• Move Any Mountain by The Shamen
  • Indestructible by Disturbed

He's absolutely right.

The words that you let into your mental space shape what you think and feel.

You can't separate your experience from the words that you have available to describe it.

That rabbit hole runs deep indeed.

It starts with an assumption about the mind's place in the world.

Today's materialist has a simple-minded take on psychology

Over here, there's stuff. Medium sized dry goods plus a system of weights and measures.

Over there, we have you, the observer. Touch feely experience.

That divide between the subject and the object is an influential piece of modernist dogma. Minds and bodies, fact and feeling, they are classified into separate boxes.

This is not a scientific conclusion, I should add. It's entirely the work of philosophers who reasoned their way to it. Science, and more precisely the materialist metaphysics behind atheist naturalism, supposes the division between mind and world -- it does not prove or argue for it.

This is despite generations of philosophers and artists telling us that human beings aren't passive observers of reality. We are also active participants in the world.

What we find is partly made. By making, we also discover.

Aristotle knew this all the way back in the 4th century BC.

Modern science has had to play catch up. Quantum physics already has a problem getting a handle on the influence of the observer on the observed reality.

Then there's all the work on complex self-organizing systems which brings up its own set of observer problems.

Human minds don't just take in information like a camera watching a game from the sidelines. We're out on the field playing ball.

But that's all high-minded abstract stuff. What's this got to do with music?

The quality of your music is the quality of your life

Your Host grew up with 90's grunge on MTV, back when MTV still played music. Lots of anger, angst, and depressive lyrics.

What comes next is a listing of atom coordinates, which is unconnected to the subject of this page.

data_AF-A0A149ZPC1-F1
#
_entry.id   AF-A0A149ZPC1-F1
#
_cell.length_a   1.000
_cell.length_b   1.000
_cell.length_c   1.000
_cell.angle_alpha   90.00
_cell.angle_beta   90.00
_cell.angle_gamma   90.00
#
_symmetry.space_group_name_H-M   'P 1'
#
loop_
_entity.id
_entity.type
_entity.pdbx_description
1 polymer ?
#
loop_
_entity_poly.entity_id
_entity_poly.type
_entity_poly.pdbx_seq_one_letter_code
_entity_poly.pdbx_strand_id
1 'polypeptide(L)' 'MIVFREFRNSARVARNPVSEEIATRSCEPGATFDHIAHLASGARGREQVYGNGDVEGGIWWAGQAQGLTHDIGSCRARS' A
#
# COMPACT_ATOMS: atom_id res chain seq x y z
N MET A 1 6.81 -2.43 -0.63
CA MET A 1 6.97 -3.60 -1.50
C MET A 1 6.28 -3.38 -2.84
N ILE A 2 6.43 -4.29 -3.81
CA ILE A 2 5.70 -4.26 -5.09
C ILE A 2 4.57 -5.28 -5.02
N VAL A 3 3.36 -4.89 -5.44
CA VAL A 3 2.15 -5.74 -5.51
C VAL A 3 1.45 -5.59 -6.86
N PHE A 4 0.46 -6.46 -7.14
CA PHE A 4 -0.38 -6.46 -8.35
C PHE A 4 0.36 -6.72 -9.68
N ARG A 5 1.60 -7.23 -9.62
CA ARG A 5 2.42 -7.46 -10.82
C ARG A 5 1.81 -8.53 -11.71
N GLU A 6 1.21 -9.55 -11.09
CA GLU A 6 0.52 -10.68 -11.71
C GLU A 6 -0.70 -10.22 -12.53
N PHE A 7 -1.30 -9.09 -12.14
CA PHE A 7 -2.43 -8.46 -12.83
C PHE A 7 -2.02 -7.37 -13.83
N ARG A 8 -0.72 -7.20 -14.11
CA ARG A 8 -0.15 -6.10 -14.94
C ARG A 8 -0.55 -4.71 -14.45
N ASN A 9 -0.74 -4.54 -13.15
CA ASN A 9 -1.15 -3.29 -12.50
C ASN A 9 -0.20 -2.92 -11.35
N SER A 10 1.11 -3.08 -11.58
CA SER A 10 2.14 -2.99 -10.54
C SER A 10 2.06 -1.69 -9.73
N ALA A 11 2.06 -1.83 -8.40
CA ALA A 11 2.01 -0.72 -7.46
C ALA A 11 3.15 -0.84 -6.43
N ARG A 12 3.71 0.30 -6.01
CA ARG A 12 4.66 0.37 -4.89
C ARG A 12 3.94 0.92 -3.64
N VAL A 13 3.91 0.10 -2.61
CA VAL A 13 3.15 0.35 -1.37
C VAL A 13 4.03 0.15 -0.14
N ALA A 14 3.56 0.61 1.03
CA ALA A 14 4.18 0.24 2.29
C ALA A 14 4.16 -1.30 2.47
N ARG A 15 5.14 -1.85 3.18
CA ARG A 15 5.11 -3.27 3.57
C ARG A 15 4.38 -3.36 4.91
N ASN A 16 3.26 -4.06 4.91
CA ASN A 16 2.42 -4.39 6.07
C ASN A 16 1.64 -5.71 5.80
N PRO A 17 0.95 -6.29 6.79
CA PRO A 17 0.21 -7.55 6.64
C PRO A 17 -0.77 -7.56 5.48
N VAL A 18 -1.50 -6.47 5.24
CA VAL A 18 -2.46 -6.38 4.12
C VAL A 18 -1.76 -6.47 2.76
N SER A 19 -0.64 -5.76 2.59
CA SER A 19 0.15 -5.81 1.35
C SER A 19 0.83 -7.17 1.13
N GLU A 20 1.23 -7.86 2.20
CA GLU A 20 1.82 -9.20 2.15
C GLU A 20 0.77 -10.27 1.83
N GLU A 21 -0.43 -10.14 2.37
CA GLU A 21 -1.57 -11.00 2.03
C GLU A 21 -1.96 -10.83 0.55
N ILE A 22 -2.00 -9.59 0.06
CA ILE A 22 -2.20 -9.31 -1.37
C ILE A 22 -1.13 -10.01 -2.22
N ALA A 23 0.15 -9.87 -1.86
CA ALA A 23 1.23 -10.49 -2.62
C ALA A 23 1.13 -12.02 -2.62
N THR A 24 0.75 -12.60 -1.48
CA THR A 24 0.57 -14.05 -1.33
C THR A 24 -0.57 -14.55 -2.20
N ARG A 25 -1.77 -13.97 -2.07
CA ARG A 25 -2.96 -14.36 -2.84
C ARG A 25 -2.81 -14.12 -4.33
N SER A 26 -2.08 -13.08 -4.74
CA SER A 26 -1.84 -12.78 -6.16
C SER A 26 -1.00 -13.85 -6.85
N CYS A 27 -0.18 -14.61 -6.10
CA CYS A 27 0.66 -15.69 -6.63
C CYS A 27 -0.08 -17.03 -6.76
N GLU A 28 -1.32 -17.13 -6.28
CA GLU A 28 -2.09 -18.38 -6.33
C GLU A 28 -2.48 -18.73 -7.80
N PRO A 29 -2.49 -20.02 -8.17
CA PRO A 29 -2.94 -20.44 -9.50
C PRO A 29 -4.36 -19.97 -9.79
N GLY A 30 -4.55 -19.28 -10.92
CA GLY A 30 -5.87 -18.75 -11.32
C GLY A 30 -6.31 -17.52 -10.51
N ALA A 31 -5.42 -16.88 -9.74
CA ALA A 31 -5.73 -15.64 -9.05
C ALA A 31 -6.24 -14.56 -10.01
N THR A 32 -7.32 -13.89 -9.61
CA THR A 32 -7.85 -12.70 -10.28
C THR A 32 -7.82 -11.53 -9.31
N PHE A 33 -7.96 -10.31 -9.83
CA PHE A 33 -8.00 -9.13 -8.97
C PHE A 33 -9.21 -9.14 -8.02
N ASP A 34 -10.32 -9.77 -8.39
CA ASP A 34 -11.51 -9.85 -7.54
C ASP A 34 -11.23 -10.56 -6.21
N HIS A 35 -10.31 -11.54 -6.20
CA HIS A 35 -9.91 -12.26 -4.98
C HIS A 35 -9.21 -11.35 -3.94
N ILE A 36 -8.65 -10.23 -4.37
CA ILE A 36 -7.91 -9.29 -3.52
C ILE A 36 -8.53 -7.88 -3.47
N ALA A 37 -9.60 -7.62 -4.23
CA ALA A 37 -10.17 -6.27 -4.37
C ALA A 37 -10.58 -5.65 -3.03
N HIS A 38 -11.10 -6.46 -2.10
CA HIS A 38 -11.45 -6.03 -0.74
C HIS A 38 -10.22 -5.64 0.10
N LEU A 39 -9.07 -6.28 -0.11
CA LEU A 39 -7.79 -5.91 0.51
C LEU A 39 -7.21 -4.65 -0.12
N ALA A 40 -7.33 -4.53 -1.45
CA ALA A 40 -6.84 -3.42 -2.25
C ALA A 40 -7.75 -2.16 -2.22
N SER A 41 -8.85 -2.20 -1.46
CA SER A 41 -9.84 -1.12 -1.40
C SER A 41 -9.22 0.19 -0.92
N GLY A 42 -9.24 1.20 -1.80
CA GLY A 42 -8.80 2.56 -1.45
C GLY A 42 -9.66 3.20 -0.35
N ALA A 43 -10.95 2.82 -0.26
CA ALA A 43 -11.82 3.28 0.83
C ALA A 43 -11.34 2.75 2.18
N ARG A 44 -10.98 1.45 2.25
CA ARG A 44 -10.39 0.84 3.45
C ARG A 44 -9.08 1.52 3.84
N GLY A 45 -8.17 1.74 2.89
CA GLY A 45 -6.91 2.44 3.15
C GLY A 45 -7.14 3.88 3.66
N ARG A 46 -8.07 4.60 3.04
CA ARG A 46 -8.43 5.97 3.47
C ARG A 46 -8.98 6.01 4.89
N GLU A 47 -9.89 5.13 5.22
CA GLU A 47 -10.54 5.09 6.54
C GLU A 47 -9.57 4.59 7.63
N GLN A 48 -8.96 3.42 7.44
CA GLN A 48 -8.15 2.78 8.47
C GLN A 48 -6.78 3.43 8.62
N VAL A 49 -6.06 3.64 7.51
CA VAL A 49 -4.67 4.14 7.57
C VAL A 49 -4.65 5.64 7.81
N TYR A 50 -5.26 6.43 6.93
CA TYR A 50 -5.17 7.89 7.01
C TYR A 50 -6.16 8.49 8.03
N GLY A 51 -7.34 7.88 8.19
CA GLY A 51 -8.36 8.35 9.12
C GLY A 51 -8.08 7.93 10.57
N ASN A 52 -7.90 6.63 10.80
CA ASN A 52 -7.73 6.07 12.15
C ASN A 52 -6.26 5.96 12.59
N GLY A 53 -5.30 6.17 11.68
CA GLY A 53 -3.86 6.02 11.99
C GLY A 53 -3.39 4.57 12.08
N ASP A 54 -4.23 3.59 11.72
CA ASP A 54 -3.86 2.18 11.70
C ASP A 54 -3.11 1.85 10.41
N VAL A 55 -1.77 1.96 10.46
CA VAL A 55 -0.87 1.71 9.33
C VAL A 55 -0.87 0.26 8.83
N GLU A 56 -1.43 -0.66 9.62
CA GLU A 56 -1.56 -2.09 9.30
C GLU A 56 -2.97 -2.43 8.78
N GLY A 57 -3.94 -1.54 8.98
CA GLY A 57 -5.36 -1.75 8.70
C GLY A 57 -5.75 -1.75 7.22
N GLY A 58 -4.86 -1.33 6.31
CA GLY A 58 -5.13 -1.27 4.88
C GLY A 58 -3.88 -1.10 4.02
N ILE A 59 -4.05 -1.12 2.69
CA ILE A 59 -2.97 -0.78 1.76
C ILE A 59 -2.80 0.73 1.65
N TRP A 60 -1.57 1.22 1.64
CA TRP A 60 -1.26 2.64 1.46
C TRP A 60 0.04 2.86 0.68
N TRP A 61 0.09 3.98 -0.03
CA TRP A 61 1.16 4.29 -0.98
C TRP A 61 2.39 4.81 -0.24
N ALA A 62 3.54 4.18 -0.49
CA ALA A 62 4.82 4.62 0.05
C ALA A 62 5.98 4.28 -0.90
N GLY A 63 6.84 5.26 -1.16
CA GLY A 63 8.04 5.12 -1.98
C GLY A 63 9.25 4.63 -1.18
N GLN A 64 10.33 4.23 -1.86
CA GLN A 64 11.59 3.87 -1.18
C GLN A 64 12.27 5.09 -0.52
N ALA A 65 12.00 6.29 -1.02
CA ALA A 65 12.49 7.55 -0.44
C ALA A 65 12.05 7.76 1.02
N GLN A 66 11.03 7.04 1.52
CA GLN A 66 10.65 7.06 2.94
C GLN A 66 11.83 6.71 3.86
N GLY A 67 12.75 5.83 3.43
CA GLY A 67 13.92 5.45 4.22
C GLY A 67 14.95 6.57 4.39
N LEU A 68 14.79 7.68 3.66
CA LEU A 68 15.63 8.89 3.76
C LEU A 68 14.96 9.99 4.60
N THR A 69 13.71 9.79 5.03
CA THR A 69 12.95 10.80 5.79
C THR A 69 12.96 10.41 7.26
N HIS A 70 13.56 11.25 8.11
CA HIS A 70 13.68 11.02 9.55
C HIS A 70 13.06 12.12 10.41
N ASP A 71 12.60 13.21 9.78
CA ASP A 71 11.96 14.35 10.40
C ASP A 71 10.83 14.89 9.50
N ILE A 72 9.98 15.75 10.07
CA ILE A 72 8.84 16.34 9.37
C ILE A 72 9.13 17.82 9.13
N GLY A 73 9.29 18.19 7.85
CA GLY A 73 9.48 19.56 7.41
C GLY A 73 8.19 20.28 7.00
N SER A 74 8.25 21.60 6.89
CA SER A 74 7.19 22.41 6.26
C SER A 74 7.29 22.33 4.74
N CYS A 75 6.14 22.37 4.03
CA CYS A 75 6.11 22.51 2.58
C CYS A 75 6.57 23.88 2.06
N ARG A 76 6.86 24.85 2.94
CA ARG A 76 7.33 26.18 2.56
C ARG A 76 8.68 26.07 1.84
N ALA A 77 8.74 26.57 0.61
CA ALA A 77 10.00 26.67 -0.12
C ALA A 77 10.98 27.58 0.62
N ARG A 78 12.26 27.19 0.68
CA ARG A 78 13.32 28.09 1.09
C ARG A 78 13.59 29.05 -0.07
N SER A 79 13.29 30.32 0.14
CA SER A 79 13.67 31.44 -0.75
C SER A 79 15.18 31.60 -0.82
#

It seemed normal. Why wouldn't it?

The goldfish doesn't notice the water.

When you don't know any different, you take what you're given.

But after a deep dive into soundtracks to 80s movies and TV, it hit me square in the face.

These old songs were full of positive, inspirational, uplifting and encouraging lyrics.

Even the hair-metal glam bands of the day had a (mostly) optimistic message.

By the mid-90s that was all gone

That upbeat music was replaced by angst-rock, violent hip-hop, and at the turn of the century, the auto-tuned bubble-gum pop that is everywhere to this day.

The causes of this are beyond this article. Author Brian Niemeier dates Cultural Ground Zero to 1997, and I'd suggest reading his posts on the subject if you wish further illumination.

The point of this modest post is to point to the effects of this on your mind.

When you shift from a cultural climate of sunny optimism to depressive whiny angst, what would you expect to happen?

Would you expect a jump in anxiety disorders and depression?

A spike in drug addictions?

Unprecedented levels of political polarization as people organize into friends and enemies?

A loss of social cohesion?

We could list symptoms all day long.

It's too quick by far to blame all this on the music. The music reflects the attitudes of the culture as much as anything does. But we'd have to be blind to the fact that the music also influences the culture. This isn't a one-way street.

Even the kinds of stories, and the kinds of heroes, have changed. The never-give-up grit of characters like Rocky are nowhere to be found. Instead we're given the snarky ironic anti-hero with few redeeming qualities.

Either way, for your own sake, you must understand this.

The words in your world you affect you on a level you can't consciously sense.

That "harmless" pop or hip-hop that you keep on in the background affects your mood in ways that you don't notice.

Then you wonder why you're miserable.

https://www.youtube.com/watch?v=FUDW93Maga8


Filter that noise out of your mental world and replace it with beautiful & fine things

PS – If you enjoy these posts, why not subscribe? That way you can receive them directly in your inbox... and you'll get the members-only posts.

There's no charge (yet) to subscribe as a free member.

==> Click Here to Join Now

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rogue planet

Why a "ticking clock" is the best productivity tool you'll ever use

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What a quiet painter can teach fiction authors about creativity (and building your business)